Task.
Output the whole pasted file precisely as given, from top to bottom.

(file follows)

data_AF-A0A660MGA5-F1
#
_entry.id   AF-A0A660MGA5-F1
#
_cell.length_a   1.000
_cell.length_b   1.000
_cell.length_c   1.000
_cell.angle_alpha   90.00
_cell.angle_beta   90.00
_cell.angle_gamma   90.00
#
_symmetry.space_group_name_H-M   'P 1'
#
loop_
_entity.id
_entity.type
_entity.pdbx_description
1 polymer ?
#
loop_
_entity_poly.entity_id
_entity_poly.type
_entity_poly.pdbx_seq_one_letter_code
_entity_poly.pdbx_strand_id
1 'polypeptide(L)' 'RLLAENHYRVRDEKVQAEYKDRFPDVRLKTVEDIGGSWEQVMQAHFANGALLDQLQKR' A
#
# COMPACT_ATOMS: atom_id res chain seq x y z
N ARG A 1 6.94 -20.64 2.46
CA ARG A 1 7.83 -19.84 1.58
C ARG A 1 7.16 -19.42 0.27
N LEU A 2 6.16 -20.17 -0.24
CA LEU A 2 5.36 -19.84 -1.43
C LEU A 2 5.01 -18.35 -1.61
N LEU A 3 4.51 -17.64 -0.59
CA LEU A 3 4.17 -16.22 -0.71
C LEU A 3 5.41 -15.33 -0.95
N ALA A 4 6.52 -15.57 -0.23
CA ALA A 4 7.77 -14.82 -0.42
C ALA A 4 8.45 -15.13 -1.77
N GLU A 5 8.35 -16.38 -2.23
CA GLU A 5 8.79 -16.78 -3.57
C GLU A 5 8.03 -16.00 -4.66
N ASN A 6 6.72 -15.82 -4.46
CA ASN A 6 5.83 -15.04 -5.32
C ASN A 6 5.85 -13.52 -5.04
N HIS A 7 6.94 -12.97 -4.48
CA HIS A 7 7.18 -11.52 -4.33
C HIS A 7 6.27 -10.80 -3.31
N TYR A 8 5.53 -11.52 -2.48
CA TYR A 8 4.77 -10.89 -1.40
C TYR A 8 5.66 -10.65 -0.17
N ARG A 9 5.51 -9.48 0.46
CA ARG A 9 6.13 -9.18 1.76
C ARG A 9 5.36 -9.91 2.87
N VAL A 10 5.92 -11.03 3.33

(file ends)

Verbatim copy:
data_AF-A0A660MGA5-F1
#
_entry.id   AF-A0A660MGA5-F1
#
_cell.length_a   1.000
_cell.length_b   1.000
_cell.length_c   1.000
_cell.angle_alpha   90.00
_cell.angle_beta   90.00
_cell.angle_gamma   90.00
#
_symmetry.space_group_name_H-M   'P 1'
#
loop_
_entity.id
_entity.type
_entity.pdbx_description
1 polymer ?
#
loop_
_entity_poly.entity_id
_entity_poly.type
_entity_poly.pdbx_seq_one_letter_code
_entity_poly.pdbx_strand_id
1 'polypeptide(L)' 'RLLAENHYRVRDEKVQAEYKDRFPDVRLKTVEDIGGSWEQVMQAHFANGALLDQLQKR' A
#
# COMPACT_ATOMS: atom_id res chain seq x y z
N ARG A 1 6.94 -20.64 2.46
CA ARG A 1 7.83 -19.84 1.58
C ARG A 1 7.16 -19.42 0.27
N LEU A 2 6.16 -20.17 -0.24
CA LEU A 2 5.36 -19.84 -1.43
C LEU A 2 5.01 -18.35 -1.61
N LEU A 3 4.51 -17.64 -0.59
CA LEU A 3 4.17 -16.22 -0.71
C LEU A 3 5.41 -15.33 -0.95
N ALA A 4 6.52 -15.57 -0.23
CA ALA A 4 7.77 -14.82 -0.42
C ALA A 4 8.45 -15.13 -1.77
N GLU A 5 8.35 -16.38 -2.23
CA GLU A 5 8.79 -16.78 -3.57
C GLU A 5 8.03 -16.00 -4.66
N ASN A 6 6.72 -15.82 -4.46
CA ASN A 6 5.83 -15.04 -5.32
C ASN A 6 5.85 -13.52 -5.04
N HIS A 7 6.94 -12.97 -4.48
CA HIS A 7 7.18 -11.52 -4.33
C HIS A 7 6.27 -10.80 -3.31
N TYR A 8 5.53 -11.52 -2.48
CA TYR A 8 4.77 -10.89 -1.40
C TYR A 8 5.66 -10.65 -0.17
N ARG A 9 5.51 -9.48 0.46
CA ARG A 9 6.13 -9.18 1.76
C ARG A 9 5.36 -9.91 2.87
N VAL A 10 5.92 -11.03 3.33